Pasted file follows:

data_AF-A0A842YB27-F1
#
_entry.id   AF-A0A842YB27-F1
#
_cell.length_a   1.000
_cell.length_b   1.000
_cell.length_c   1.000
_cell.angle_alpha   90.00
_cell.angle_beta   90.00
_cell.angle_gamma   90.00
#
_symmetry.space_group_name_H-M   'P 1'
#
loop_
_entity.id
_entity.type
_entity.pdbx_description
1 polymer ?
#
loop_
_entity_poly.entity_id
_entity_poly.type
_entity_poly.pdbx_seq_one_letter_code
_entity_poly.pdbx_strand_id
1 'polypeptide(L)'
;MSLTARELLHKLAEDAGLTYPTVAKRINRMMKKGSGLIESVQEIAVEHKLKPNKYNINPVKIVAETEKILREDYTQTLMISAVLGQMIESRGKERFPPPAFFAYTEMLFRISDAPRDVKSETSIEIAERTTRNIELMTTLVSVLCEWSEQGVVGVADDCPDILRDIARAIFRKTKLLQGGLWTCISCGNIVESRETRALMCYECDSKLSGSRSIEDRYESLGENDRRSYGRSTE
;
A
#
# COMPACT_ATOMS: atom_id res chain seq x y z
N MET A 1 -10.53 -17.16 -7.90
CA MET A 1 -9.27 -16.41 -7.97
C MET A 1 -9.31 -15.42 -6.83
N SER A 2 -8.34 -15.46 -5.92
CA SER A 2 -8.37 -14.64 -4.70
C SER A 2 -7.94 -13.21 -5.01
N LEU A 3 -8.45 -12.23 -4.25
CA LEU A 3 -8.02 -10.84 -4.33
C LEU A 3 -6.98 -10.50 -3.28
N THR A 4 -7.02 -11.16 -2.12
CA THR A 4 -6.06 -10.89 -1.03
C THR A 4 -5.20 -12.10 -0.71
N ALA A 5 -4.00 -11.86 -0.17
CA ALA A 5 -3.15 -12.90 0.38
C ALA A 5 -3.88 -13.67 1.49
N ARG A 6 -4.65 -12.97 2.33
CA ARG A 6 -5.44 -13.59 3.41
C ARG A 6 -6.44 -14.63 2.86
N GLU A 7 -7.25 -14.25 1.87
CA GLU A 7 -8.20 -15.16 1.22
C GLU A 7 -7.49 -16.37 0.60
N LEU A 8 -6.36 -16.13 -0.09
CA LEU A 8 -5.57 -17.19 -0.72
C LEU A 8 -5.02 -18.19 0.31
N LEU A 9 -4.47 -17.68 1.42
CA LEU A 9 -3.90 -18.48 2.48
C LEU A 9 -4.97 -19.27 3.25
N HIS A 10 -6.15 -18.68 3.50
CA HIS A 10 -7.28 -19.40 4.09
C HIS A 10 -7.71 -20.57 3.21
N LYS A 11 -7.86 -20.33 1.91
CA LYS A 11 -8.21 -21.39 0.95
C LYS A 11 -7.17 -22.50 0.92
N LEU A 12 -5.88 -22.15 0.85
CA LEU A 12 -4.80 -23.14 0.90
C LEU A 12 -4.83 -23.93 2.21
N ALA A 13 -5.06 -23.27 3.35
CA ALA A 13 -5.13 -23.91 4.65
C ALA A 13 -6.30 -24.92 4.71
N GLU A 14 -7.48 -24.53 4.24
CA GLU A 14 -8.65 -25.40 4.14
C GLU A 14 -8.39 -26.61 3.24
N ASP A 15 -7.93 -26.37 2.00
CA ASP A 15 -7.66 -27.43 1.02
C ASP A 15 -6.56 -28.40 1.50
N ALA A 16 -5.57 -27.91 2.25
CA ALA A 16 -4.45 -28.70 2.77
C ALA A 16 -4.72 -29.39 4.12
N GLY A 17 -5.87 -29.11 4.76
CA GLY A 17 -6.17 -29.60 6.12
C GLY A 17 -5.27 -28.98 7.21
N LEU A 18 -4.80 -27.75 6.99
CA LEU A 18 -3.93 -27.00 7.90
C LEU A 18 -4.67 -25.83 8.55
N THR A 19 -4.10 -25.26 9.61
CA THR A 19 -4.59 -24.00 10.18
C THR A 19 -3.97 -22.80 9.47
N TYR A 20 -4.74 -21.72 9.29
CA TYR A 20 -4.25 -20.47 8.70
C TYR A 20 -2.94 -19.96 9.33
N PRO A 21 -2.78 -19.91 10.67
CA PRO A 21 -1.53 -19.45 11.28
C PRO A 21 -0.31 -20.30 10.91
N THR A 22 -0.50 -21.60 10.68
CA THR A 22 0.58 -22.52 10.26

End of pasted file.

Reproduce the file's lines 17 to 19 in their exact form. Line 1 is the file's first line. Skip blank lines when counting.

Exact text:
_entity.pdbx_description
1 polymer ?
#